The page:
Japanese language students to represent Boonsboro in Cherry Blossom Festival Parade

The group will carry a 'mikoshi' - a replica of a nonreligious portable shrine - along the route

April 12, 2012|By JANET HEIM |
  • Boonsboro High students, from left, Randi Stavrou, Grant Kane, Yukiko Shinoda, Donavan Taylor, Japanese teacher Ayako Shiga, Cori Robertson, Kevin Reese, Sam Trujillo and Jacob Nelson helped build a mikoshi that they will carry in the National Cherry Blossom Festival parade this weekend in Washington, D.C. Randi, Grant, Kevin, Sam and Jacob recently returned from a trip to Japan with their teacher.
By Yvette May, Staff Photographer

BOONSBORO — Less than a week ago, five Japanese language students from Boonsboro High School were on their way home from a spring break trip to Japan with their teacher, Ayako Shiga.

On Saturday, the school’s 25 Japanese students, including Japanese exchange student Yukiko Shinoda, will represent Boonsboro High at the National Cherry Blossom Festival Parade inWashington, D.C.

“It’s a huge privilege to be in the parade. We’re walking behind the Japanese ambassador,” Shiga said.

The students are to arrive at the school at 6 a.m. Saturday, with the parade kickoff at 10 a.m. The parade will mark the 100th anniversary of the gift of the cherry blossoms trees from Tokyo toWashington, D.C.

Thanks to a grant from the Japan Commerce Association of Washington, D.C.Foundation, money was provided for materials to build the “mikoshi” — a replica of a nonreligious portable shrine traditionally carried in Japan during harvest festivals. The students will carry it along the parade route.


Shiga said they’ve done a test run to make sure the long carrying arms of the mikoshi fit into a school bus.

The grant covers the transportation costs for the bus and the “happi coats,” traditional Japanese outerwear, that the students will wear.

They will march in the parade accompanied by Japanese language students from two Fairfax County, Va., high schools and Georgetown University.

Work on the mikoshi began in February, with Cori Robertson,  Donavan Taylor and Yukiko, who is from Chiba Prefecture — one of 47 Japanese prefecture, similar to states — taking charge of the project.

They were assisted by the other students in the Japanese 4 course and Bryan Swisher’s shop students.

“Mr. Swisher’s shop class helped us tremendously with this thing,” Shiga said.

Paper cranes, symbols of peace and friendship, will hang from the center of the mikoshi.

Following the parade, the mikoshi most likely will be displayed at the Japanese street festival inWashington, D.C., then will be donated to Hagerstown’s Discovery Station for an ongoing exhibit on Japan, Shiga said.

The Japanese culture on display in the parade likely will be familiar to the students who traveled to Japan — seniors Grant Kane and Kevin Reese, and sophomores Jacob Nelson, Randi Stavrou and Samantha “Sam” Trujillo.

The trip was delayed a year due to the Japanese earthquake and tsunami. The students said they would not have thought they could travel to Japan had they not been inspired by their teacher.

They flew on March 31 from Dulles International Airport to Tokyo’s Narita International Airport and returned on April 6 — just as the cherry blossom trees in Japan were peaking.

Shiga had planned a detailed itinerary which included a tour of Tokyo; Kamakura, the old capital of Japan outside Tokyo; Hakone, a famous hot-spring area; and stops at historical sites, museums, markets, temples, shrines and for shopping.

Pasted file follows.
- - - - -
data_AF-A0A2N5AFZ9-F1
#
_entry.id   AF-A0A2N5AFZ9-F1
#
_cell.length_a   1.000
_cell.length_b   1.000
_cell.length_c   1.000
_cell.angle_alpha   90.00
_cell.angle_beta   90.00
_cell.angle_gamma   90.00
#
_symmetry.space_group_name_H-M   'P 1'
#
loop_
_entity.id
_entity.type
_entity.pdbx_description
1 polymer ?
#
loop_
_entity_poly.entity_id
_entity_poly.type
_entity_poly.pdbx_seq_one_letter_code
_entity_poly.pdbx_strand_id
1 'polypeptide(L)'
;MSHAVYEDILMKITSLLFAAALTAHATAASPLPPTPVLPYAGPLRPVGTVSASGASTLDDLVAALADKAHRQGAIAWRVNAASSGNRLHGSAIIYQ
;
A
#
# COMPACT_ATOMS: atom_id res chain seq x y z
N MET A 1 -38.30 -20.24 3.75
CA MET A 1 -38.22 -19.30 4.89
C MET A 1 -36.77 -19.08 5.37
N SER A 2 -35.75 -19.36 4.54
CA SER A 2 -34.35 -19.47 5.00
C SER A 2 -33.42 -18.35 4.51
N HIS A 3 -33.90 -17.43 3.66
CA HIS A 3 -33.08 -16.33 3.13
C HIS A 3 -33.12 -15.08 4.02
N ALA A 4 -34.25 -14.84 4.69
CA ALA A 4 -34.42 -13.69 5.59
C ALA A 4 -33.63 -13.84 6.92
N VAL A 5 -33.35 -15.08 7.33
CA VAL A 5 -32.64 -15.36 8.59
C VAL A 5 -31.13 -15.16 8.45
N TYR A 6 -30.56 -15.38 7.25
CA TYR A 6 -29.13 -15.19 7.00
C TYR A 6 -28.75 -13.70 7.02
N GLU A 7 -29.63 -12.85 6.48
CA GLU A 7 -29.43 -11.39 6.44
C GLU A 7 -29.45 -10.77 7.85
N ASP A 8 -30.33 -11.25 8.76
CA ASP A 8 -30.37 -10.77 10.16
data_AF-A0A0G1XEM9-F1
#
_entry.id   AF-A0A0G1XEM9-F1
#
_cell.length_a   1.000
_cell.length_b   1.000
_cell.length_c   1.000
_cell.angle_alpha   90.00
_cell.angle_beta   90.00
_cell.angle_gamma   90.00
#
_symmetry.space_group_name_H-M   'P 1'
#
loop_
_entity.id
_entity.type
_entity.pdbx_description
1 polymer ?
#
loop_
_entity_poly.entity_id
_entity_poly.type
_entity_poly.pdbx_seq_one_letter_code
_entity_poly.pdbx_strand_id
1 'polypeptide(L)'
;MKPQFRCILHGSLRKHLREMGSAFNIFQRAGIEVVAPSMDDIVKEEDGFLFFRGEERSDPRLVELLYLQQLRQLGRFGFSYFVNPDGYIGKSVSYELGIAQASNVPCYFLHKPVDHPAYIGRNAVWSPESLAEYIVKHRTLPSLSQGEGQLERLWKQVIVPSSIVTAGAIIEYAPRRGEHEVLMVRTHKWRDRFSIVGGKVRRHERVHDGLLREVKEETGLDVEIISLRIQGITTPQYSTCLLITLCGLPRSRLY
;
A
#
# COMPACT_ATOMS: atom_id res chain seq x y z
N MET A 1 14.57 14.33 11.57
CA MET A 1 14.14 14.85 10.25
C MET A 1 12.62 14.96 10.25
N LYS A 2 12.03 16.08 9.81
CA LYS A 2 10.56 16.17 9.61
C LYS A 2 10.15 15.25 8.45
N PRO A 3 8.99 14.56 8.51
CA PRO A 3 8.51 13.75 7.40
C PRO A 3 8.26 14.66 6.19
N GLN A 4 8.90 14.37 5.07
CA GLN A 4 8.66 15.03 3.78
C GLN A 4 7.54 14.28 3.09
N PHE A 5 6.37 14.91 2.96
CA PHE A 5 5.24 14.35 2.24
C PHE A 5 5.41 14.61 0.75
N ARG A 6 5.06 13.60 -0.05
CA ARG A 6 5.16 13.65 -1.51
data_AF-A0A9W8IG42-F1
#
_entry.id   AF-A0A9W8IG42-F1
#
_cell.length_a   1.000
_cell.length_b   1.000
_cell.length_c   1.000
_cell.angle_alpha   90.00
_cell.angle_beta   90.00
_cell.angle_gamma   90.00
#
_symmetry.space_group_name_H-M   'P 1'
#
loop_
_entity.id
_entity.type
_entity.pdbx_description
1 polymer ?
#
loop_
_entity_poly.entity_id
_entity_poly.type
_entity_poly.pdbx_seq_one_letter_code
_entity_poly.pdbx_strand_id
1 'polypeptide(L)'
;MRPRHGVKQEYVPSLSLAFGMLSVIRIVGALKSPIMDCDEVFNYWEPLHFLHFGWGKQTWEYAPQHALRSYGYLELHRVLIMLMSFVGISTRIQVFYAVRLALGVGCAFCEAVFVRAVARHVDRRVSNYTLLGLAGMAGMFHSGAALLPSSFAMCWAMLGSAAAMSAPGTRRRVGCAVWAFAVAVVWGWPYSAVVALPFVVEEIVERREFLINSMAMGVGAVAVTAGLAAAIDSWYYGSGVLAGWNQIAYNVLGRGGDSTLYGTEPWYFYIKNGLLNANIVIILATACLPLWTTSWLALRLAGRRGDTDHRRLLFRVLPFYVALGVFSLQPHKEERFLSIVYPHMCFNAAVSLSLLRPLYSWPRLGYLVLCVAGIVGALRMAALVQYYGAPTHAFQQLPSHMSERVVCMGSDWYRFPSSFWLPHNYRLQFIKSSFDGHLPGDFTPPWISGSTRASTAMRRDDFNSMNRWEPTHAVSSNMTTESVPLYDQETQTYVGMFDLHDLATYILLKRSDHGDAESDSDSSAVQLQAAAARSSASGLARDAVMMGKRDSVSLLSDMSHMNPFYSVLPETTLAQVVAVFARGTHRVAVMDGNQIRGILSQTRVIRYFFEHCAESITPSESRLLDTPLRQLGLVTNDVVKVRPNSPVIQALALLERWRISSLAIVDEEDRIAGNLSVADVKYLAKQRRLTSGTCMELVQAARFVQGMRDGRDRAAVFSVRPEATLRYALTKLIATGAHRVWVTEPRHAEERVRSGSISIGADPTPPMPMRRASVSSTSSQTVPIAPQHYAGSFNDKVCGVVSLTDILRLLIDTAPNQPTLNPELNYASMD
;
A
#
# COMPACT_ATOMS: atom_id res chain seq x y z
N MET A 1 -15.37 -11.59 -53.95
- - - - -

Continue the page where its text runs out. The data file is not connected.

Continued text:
The group agreed that Jacob Nelson used his Japanese language skills the most of anyone in the group. He befriended a Japanese teenager and family while visiting the hot springs.

A new ‘perspective’

One expectation Shiga had of her students was to navigate the train lines in Tokyo as a group, using their map and Japanese skills to reach a chosen destination.

“They did very well,” Shiga said.

Randi Stavrou experienced the kindness of a stranger when she almost got bumped off a train they were riding on. The group said that although the trains were crowded, people were polite and respectful in ways they don’t experience in the United States.

“There’s a sense of greater good in Japan. It stems from the culture. The general standard for living and behavior is much higher,” Kevin said.

“It’s all about perspective. You go to a radically different place, and it gives you a different perspective you didn’t have before. It makes you grow faster.”

Grant learned from the experience of being in the minority.

“It definitely showed us how it feels to be a minority. I think the Japanese are more open to minorities than we are. They accepted us better than we accept most minorities here,” he said.

The consensus was that all five wanted to learn more Japanese, although they’re taking the highest level of Japanese offered at Boonsboro High.

Sam Trujillo said she hadn’t traveled beyond West Virginia and Hershey Park in Pennsylvania before the trip. Although she was nervous about going to Japan, it opened her eyes to the world outside of Boonsboro, she said.

“It just taught me there’s a lot more in the world than we’ve experienced here,” she said.

Jacob now wants to travel more and return to Japan for college.

“It taught me to seize every opportunity that’s available,” he said.

“It makes me want to pursue a career in international law and travel more to experience other cultures, not just Japan, but China, Russia, India and Europe,” Randi said.

For Shiga, it was watching the smiles on the faces of her students, the confidence boost in their Japanese skills and their ability to get around in Tokyo, that made it all worthwhile.

“That was the reward for me,” Shiga said.

To watch the parade

The National Cherry Blossom Festival Parade will be broadcast on ABC7/WJLA-TV. For more information, go to

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